As we officially wrap up 2021 and look to the new year, I’m feeling incredibly grateful for all that’s been accomplished by our organization – and across our entire industry – as we’ve pushed to innovate through disruption. Over the last 21 months, the workplace has changed dramatically amid the chaotic shift to remote and hybrid work. Millions of employees around the globe have made career changes, sending the clear message that the next chapter in the ‘Work from Anywhere’ era has begun.
If one thing has become resoundingly clear, it is that the future of work will remain ambiguous for the foreseeable future and, in 2022, we need to look at workplace infrastructure – and its effect on the employee experience - entirely differently. To fully embrace, and perhaps even benefit from, the shift that is underway, employers need to re-examine the broader implications of having a widely distributed workforce and redefine what the ‘workplace’ looks like.
On the surface, ‘The Great Resignation’ that continues to dominate headlines may look like a battle for escalating compensation and employee perks. But, if you probe a little deeper, what you learn is that this is more about employees feeling disconnected, having lost their personal connection to your company and to the meaning in their work. Individuals are making deeper choices about what kind of work they want to do, and how that fits into their broader lives.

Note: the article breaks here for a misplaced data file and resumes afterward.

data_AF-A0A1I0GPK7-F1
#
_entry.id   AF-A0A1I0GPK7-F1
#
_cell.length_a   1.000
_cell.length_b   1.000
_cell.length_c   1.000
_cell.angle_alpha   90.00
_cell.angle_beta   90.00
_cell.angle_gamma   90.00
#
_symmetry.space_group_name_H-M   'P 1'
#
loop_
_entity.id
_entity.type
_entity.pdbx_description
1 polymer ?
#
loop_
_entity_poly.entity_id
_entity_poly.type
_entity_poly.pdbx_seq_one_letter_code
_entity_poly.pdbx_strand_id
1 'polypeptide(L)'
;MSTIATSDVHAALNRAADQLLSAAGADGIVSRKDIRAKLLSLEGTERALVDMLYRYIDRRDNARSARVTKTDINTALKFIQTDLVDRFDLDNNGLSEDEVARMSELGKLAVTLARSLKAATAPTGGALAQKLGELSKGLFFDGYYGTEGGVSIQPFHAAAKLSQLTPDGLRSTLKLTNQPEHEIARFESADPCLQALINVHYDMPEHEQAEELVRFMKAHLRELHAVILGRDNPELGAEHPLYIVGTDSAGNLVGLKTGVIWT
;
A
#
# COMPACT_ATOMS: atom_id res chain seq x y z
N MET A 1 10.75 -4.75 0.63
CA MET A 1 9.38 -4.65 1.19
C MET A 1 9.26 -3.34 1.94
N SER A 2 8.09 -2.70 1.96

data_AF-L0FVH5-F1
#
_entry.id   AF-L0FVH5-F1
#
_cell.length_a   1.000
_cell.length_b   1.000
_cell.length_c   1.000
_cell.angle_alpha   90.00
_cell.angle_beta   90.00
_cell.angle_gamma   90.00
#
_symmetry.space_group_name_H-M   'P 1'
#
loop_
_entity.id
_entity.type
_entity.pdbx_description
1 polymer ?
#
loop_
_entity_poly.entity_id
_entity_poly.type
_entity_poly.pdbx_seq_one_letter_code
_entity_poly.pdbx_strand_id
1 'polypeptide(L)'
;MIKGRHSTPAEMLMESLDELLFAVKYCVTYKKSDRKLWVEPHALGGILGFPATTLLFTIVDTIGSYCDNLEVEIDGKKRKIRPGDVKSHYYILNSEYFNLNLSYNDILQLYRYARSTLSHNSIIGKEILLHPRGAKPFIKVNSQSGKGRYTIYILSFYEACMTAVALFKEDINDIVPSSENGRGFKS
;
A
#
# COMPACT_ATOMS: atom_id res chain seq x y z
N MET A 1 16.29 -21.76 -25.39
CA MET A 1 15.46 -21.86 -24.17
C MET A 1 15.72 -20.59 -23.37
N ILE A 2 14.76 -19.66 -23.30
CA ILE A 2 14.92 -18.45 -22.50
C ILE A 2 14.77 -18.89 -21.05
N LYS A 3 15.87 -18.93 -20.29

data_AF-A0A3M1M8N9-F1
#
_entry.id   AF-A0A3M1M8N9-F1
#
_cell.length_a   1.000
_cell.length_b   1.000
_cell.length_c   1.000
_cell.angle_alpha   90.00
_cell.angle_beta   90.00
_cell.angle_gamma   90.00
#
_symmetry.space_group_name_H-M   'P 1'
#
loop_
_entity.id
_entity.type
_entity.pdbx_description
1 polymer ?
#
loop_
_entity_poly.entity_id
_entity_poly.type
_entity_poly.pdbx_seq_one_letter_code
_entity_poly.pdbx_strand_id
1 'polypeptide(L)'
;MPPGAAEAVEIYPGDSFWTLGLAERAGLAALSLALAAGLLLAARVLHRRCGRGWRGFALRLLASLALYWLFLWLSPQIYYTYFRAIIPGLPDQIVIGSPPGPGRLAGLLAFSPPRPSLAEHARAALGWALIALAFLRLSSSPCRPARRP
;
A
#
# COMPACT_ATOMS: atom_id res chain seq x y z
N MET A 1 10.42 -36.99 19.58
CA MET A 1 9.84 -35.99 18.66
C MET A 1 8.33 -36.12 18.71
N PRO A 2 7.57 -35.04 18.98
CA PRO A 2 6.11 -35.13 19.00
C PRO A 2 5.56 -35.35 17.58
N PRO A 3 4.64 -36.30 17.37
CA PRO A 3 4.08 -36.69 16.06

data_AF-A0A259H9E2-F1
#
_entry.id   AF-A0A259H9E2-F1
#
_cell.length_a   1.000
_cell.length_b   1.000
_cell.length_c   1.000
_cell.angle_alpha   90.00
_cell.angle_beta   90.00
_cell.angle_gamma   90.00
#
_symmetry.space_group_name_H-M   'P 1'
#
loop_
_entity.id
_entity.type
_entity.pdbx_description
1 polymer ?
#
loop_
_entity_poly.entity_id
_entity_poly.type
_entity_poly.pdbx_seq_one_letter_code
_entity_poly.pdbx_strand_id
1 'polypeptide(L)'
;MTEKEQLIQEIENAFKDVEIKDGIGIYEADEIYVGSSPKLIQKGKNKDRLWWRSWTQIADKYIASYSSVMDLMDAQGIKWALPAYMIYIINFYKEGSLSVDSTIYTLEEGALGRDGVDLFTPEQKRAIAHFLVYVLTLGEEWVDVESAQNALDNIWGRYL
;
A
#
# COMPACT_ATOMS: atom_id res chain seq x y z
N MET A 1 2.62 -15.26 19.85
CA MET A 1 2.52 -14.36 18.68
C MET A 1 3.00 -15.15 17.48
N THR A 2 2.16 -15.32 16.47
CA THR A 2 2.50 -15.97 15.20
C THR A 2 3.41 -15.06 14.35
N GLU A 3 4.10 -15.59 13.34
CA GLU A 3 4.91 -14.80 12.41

Pre-pandemic, we all remember occasional experiences of being the only remote voice on a call; it was the feeling of watching a conversation, not actually being in one. Then came the shift of more than 90% of work happening in an office to almost 100% digital remote collaboration. Suddenly, every interaction looked like a 2-dimensional engagement that offered productivity, but lacked true human connection. Limited face-to-face interaction, new teammates and leaders who shifted since employees were sent home, difficulty absorbing the mission, and a frustrating digital experience has become the perfect formula for potentially losing valuable people.
If that is your core work experience, you should assume employees will find this unsatisfying… and will move on to find an employer who ‘gets it.’
Prior to 2020, just 7% of employees worked from home most of the time but after 2020, 96% of companies are willing to offer employees a flexible work schedule. But, going back to physical offices in some shape or form is poised to actually accelerate employee frustration levels as we move from an equitable ‘One Screen’ remote experience to a fragmented one.
In this new world, whether fully remote, in-person or some combination of the two, we have to treat the digital experience as the primary experience. Even when there are people in the room together, our focus must be on achieving a common experience for everyone, regardless of their physical location. Otherwise, the employees logging in remotely are bound to feel like they are watching a meeting rather than participating in one.